I wasn't sure if sexual attraction could be similar to any other compromise people make in choosing to commit to another. No matter who I'd end up dating, he would be far from perfect. People choose what they're willing to live with because the rest of a person is worth it. If sexual attraction is only there for a limited time anyway, could I do without it and just focus on intimacy?
My own parents are living proof that a marriage can be founded on other values. They got married after three dates; I doubt sexual attraction was very high on their list of priorities. Instead, they shared a similar vision for family and a desire to be part of a bigger world than South Korea. Their priority for me is that I find someone culturally compatible so that they can communicate easily with my future in-laws.
Once sexual attraction was on the cutting block, it became unusually negotiable.
"What if he realizes later on that he wants to be in a same-sex relationship?" I would trust that he would choose to be with me, on a daily basis. Any couple — dating or married — deals with the possibility of a significant other one day choosing to opt out of the relationship because of the option of someone else.
I would trust that he would choose to be with me, on a daily basis.
"Aren't you worried he'd be attracted to other men?" I don't see how that's any different from me worrying about a boyfriend being attracted to other women.
"What if the sex is horrible?" I wouldn't know! What would I have to compare it to if I've never had sex before? And I imagine we'd practice until we got it right.
"Am I attracted to this person?" — the most common question I hear — is the main determining factor in figuring out who to date. But no one questions why it's asked in the first place, and meeting Matthew forced me to do so.
Despite all the rationales I came to, I have to admit that there's a delight in the energy between two people that feels meant to be shared. If I wanted someone while not feeling wanted back, I imagine I'd feel selfish instead of fully enjoying the excitement together. Joy intensifies when shared.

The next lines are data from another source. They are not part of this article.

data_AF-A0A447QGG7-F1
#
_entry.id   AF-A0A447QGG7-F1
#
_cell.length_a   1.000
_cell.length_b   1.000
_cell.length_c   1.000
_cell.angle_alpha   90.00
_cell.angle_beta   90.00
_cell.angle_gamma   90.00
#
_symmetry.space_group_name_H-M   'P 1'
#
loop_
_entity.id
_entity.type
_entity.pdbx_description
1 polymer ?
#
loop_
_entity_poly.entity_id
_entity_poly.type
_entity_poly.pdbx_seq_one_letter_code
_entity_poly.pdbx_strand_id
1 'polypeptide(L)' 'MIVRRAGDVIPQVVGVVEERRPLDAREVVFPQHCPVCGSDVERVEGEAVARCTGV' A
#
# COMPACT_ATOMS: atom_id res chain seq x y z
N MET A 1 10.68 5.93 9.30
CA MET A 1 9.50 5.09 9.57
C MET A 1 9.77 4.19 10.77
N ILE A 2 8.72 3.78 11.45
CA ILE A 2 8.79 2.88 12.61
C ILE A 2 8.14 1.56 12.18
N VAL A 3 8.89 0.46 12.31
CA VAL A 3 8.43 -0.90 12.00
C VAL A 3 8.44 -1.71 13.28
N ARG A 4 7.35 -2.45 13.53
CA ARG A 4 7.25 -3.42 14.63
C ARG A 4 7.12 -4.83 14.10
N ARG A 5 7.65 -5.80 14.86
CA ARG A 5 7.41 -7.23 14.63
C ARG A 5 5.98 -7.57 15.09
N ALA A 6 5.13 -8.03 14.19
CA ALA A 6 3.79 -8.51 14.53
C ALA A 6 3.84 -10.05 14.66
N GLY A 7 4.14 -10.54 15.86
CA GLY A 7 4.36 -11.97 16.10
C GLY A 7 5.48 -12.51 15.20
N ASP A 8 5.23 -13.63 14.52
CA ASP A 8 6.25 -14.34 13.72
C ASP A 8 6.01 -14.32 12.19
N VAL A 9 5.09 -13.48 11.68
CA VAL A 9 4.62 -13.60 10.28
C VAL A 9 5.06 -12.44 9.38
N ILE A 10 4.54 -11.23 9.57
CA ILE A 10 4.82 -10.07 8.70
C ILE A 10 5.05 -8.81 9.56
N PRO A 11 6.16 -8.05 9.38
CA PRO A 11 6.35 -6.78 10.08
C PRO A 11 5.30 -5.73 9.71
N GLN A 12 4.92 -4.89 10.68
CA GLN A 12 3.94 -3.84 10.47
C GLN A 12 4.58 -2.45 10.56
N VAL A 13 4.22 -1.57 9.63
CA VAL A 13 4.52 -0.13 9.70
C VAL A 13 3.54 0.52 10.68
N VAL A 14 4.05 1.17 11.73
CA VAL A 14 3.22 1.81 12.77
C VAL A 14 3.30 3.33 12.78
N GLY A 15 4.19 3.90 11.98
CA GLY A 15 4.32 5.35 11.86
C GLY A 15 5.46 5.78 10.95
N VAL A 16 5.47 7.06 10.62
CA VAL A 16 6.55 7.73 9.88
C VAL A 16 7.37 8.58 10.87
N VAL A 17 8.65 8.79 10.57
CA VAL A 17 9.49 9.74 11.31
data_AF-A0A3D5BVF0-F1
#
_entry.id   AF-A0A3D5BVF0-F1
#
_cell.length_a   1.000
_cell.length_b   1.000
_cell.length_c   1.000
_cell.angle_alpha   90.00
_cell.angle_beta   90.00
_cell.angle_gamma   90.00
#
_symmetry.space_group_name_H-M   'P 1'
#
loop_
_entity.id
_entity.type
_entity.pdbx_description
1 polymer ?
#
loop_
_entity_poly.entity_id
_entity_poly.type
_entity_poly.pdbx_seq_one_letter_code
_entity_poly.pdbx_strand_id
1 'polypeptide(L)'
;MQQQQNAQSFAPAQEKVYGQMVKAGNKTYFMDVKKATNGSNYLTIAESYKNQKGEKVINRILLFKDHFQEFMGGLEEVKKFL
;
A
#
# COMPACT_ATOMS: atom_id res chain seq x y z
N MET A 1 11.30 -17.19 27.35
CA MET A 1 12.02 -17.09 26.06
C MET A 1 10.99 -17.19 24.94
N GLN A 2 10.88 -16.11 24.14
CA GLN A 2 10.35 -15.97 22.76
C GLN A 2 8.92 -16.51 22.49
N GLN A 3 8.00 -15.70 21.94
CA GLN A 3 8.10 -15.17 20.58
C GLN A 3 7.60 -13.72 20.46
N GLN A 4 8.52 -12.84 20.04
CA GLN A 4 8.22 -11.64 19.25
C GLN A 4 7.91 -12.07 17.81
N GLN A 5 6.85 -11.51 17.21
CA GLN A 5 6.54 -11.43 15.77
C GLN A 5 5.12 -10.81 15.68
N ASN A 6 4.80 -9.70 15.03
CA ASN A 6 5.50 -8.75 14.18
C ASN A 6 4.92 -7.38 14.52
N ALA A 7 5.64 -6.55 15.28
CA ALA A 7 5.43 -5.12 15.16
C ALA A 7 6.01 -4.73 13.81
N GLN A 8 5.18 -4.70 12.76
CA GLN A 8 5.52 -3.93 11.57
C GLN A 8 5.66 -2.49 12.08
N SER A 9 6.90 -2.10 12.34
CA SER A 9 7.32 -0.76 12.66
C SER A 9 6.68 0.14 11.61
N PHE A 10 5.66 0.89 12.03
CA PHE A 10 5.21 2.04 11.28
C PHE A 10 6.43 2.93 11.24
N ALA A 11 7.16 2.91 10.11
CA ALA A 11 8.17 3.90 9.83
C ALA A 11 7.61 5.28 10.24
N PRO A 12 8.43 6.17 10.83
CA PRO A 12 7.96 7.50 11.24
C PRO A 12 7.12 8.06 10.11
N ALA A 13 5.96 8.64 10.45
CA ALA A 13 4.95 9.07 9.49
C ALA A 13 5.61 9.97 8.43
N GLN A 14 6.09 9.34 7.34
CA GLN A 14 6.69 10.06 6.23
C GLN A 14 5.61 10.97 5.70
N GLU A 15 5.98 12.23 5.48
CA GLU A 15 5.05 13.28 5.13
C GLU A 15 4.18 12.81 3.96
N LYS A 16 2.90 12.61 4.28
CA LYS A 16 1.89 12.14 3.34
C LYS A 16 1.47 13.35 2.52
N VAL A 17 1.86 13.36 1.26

I also believe my sexuality is hardwired into how God made me and I want to respect His design. Yet Matthew showed me what it looked like to put all things under God's sovereignty — even with something as seemingly innate and natural as sexual desire — whether I agreed with how he did it or not.
Matthew showed me what it looked like to put all things under God's sovereignty — even with something as seemingly innate and natural as sexual desire.
Could I make that kind of a choice if God ever called me to it? I would hope so.
The closest similarity I can think of is my choice to save sex for marriage. As liberal as I am in other areas, I must seem particularly conservative in this; friends have even called it unhealthy and unloving toward myself. But all of who I am belongs to God, including my sexuality. I believe that the fullest expression of sex is in the context of marriage as a mutual generosity between two people, so my choices reflect my belief. I can't speak for Matthew, but I would imagine his pursuit of marriage with a woman is his way of honoring God with his choices as well.
The irony that both of our perspectives are conservative is not lost on me, especially coming from someone who has same-sex attraction like him and someone who is socially liberal like me. Yet at their best, I believe conservatives protect traditions while liberals press traditions. Matthew and I may have different expressions of sexuality, but with those choices, we still get to honor God and wrestle with an ever expanding understanding of who He is.
We may have different expressions of sexuality, but with those choices, we still get to honor God
Ultimately, we decided to stop pursuing the relationship. He wanted to be with someone who shared his beliefs on sexuality, and I figured out that yes, sexual attraction is important to me.
It's one of the few saving graces of dating: You figure out why things matter to you.
• • •
So did I find a unicorn? Or was he something else? We met briefly and went our separate ways, but indelibly, he followed after God in a way that impressed me. For that, he was indeed magical.
Sarah D. Park is a freelance writer whose work focuses on the cultivation of cross-racial dialogue with a Christian faith orientation. She is also a story producer for Inheritance Magazine and manages communications and storytelling for several organizations. She is an Angeleno on the inside who is currently based in the Bay Area.
WONHO FRANK LEE is a freelance photographer who primarily shoots for Eater LA and recently received his MFA from Cal State LA. Follow him on Instagram @WonhoPhoto.